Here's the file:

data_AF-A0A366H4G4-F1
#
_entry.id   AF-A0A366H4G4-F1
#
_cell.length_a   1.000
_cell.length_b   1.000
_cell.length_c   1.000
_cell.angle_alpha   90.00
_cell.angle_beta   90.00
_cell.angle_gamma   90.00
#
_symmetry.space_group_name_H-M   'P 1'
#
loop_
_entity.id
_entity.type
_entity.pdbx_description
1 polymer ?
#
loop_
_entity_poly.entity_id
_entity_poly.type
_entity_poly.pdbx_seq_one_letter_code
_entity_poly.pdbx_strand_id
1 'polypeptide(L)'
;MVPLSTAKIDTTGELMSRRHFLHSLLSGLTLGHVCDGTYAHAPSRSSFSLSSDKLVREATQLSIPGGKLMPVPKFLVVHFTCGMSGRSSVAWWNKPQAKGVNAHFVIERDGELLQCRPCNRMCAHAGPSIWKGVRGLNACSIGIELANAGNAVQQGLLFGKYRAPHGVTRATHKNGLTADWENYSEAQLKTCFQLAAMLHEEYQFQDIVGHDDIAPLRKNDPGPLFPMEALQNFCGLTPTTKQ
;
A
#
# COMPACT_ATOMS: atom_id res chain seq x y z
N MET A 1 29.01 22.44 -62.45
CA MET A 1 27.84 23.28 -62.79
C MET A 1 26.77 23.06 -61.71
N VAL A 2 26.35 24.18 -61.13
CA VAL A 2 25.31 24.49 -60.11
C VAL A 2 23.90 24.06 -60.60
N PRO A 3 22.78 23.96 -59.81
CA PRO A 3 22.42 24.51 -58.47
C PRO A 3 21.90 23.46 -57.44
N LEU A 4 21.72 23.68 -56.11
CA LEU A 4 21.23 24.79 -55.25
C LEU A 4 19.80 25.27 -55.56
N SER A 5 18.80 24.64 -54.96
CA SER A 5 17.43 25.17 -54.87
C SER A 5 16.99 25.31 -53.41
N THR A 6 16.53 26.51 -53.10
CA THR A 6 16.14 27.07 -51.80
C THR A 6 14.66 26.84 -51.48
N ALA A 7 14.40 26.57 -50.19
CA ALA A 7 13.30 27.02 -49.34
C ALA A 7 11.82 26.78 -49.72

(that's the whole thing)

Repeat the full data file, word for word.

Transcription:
data_AF-A0A366H4G4-F1
#
_entry.id   AF-A0A366H4G4-F1
#
_cell.length_a   1.000
_cell.length_b   1.000
_cell.length_c   1.000
_cell.angle_alpha   90.00
_cell.angle_beta   90.00
_cell.angle_gamma   90.00
#
_symmetry.space_group_name_H-M   'P 1'
#
loop_
_entity.id
_entity.type
_entity.pdbx_description
1 polymer ?
#
loop_
_entity_poly.entity_id
_entity_poly.type
_entity_poly.pdbx_seq_one_letter_code
_entity_poly.pdbx_strand_id
1 'polypeptide(L)'
;MVPLSTAKIDTTGELMSRRHFLHSLLSGLTLGHVCDGTYAHAPSRSSFSLSSDKLVREATQLSIPGGKLMPVPKFLVVHFTCGMSGRSSVAWWNKPQAKGVNAHFVIERDGELLQCRPCNRMCAHAGPSIWKGVRGLNACSIGIELANAGNAVQQGLLFGKYRAPHGVTRATHKNGLTADWENYSEAQLKTCFQLAAMLHEEYQFQDIVGHDDIAPLRKNDPGPLFPMEALQNFCGLTPTTKQ
;
A
#
# COMPACT_ATOMS: atom_id res chain seq x y z
N MET A 1 29.01 22.44 -62.45
CA MET A 1 27.84 23.28 -62.79
C MET A 1 26.77 23.06 -61.71
N VAL A 2 26.35 24.18 -61.13
CA VAL A 2 25.31 24.49 -60.11
C VAL A 2 23.90 24.06 -60.60
N PRO A 3 22.78 23.96 -59.81
CA PRO A 3 22.42 24.51 -58.47
C PRO A 3 21.90 23.46 -57.44
N LEU A 4 21.72 23.68 -56.11
CA LEU A 4 21.23 24.79 -55.25
C LEU A 4 19.80 25.27 -55.56
N SER A 5 18.80 24.64 -54.96
CA SER A 5 17.43 25.17 -54.87
C SER A 5 16.99 25.31 -53.41
N THR A 6 16.53 26.51 -53.10
CA THR A 6 16.14 27.07 -51.80
C THR A 6 14.66 26.84 -51.48
N ALA A 7 14.40 26.57 -50.19
CA ALA A 7 13.30 27.02 -49.34
C ALA A 7 11.82 26.78 -49.72